Has anyone else tried Snapple's flavored White Iced Tea? Our local Shaw's Supermarket had 17.5 ounce bottles on sale for $1 each so I picked up a few in necatarine, green apple, and raspberry flavors. Generally, I just think they are delicious! Very nice, soft but good flavors. Also, very refreshing. The stuff is basically tea, water, sugar and natural flavors. It packs 60 calories a serving, with about two servings per bottle. But you're gonna drink a whole bottle.
  4. i don't know why i think this stuff is so good. i pretty much have substituted water with this. and with 0 calories and at 99 cents for a big green bottle, it's hard to stop! anyone else tried it?
  5. Toliver

    Nestea Ice

    Nestea Ice It's a very...interesting...web site on the new product. I thought about posting this in the Soda Pop section but figured it should go here. There's supposed to be an ingredient in it that creates a cooling sensation in your mouth. Anyone see this product in their area?
  6. rob7

    Romance Tea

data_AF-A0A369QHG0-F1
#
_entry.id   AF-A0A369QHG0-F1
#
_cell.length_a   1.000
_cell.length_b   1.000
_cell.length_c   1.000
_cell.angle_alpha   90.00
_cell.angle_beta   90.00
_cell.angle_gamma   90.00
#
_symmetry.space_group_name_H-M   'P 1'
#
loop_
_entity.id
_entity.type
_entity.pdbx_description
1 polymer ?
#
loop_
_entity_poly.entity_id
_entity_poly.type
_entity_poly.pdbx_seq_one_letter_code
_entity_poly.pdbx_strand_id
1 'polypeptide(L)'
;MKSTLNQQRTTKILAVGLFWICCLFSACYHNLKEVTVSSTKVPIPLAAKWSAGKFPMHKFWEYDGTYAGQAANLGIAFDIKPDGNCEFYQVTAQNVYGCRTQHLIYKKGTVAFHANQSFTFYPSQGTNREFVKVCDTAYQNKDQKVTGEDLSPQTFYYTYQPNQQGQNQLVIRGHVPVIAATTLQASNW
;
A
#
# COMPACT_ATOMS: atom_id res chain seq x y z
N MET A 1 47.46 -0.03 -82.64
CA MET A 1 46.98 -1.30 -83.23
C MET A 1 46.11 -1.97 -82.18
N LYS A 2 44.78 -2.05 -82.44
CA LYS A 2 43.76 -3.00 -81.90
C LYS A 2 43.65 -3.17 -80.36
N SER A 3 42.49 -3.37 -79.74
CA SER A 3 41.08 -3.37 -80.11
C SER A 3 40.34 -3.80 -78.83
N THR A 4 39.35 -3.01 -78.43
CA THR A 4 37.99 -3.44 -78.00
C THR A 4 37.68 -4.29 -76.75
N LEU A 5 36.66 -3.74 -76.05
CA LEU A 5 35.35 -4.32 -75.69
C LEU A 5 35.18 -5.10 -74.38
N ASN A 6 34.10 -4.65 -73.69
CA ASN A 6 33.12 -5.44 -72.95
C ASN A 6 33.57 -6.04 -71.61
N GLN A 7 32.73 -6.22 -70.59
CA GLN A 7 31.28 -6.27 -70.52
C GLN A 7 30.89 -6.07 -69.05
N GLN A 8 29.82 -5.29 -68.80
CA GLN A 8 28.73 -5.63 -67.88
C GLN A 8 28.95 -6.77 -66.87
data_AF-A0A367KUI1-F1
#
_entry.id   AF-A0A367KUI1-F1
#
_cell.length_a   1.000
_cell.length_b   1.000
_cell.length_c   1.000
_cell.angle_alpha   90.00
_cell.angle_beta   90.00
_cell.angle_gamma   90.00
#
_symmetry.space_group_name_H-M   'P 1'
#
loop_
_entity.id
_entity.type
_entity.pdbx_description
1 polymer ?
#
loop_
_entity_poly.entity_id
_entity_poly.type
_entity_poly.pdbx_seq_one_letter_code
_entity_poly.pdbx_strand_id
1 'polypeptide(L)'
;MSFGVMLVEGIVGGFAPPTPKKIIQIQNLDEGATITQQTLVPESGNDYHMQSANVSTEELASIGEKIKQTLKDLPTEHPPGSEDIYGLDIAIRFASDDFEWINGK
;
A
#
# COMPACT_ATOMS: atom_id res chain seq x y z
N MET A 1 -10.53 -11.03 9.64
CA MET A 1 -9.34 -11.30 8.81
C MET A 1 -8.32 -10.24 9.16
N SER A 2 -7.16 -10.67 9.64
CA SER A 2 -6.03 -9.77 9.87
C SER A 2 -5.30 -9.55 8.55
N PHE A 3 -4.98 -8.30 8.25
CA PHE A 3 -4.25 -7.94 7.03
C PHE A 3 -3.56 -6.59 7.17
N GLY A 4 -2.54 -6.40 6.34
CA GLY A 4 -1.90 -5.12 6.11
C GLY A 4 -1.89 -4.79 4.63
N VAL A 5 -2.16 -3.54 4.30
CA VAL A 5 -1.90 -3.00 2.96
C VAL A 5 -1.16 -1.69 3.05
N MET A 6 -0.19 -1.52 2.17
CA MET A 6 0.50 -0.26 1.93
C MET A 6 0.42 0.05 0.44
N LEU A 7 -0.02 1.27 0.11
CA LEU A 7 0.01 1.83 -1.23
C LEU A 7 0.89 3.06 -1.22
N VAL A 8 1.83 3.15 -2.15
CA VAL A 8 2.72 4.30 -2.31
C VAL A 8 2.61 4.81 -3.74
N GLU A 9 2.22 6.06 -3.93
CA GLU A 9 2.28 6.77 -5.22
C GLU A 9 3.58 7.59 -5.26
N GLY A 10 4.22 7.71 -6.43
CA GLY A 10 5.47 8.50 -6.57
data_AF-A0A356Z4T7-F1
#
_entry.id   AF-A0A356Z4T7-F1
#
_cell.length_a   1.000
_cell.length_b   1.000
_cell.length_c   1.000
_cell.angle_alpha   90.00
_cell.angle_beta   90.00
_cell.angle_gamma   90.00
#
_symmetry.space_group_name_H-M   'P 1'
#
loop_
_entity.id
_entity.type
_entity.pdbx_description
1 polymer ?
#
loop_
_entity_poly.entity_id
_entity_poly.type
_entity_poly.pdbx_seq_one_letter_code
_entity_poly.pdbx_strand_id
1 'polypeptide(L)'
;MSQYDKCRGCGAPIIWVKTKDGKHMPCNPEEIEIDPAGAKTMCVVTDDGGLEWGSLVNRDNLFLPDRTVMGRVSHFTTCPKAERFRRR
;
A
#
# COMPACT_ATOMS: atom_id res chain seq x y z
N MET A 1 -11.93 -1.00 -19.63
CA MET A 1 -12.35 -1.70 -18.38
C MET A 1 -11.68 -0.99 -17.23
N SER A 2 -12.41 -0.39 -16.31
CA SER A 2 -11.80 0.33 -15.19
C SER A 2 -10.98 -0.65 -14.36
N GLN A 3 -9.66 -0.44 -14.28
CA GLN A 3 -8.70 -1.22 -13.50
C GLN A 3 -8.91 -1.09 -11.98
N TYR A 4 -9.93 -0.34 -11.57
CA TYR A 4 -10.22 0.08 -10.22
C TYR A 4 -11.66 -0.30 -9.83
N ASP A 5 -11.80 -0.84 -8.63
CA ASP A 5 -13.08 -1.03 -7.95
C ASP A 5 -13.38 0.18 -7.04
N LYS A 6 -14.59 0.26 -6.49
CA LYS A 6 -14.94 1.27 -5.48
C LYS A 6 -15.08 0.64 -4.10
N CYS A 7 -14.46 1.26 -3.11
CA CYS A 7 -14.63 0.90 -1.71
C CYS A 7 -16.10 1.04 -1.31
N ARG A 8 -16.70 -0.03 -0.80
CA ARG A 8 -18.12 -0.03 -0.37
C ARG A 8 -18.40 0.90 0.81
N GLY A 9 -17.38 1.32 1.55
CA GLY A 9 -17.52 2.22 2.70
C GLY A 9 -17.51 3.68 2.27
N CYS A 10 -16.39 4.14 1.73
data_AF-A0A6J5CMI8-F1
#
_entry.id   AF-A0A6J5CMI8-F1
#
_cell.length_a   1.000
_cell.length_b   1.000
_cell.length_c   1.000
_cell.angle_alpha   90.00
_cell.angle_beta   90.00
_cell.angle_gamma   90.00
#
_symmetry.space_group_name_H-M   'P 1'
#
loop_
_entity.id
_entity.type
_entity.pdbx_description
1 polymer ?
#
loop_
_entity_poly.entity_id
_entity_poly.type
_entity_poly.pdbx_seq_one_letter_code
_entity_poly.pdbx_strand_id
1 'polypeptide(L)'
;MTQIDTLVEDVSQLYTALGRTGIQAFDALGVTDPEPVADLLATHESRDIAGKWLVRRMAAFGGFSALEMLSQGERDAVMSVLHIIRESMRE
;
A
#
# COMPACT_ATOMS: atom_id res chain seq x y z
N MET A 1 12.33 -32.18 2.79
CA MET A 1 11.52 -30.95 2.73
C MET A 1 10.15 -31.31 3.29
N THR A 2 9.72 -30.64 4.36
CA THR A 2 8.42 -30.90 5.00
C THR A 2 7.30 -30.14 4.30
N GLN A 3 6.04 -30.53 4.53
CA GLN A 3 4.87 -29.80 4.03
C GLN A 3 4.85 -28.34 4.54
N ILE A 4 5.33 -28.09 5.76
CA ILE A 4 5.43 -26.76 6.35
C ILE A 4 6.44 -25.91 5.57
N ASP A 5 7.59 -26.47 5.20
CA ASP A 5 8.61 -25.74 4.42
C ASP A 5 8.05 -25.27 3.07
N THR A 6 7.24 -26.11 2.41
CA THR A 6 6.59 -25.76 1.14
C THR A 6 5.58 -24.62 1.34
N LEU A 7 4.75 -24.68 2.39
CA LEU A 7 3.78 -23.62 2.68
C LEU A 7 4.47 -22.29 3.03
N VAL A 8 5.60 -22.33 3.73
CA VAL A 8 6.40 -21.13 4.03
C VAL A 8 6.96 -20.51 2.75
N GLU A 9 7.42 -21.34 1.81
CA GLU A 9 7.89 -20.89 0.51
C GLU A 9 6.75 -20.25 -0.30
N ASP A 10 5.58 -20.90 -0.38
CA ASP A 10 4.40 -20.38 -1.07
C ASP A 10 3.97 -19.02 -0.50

Tonight I went to a Japanese restaurant. At their bar was a container holding a very interesting looking tea. The owner said that this was called Romance Tea. We tried it and we really enjoyed it. Although I can't say exactly what is in the blend, there are rose buds and violets. It definitely had floral notes in the taste but I also tasted notes of honey. On my way out I asked the owner about the tea and she said that I will not be able to find this tea anywhere. I asked, "even online", and she said that she doesn't think so. She said that they get this tea directly from Taiwan. I'm not even sure if the proper name of this is Romance Tea or if this is a rough translation. Has anyone ever heard of this? If so, any one know a supplier? Or, can you suggest a tea that may be similar? Again, I'm not sure of the entire blend, but there were clearly rose buds and violet. Maybe some lavender. It had a light floral taste. Appreciate your help. Thanks very much.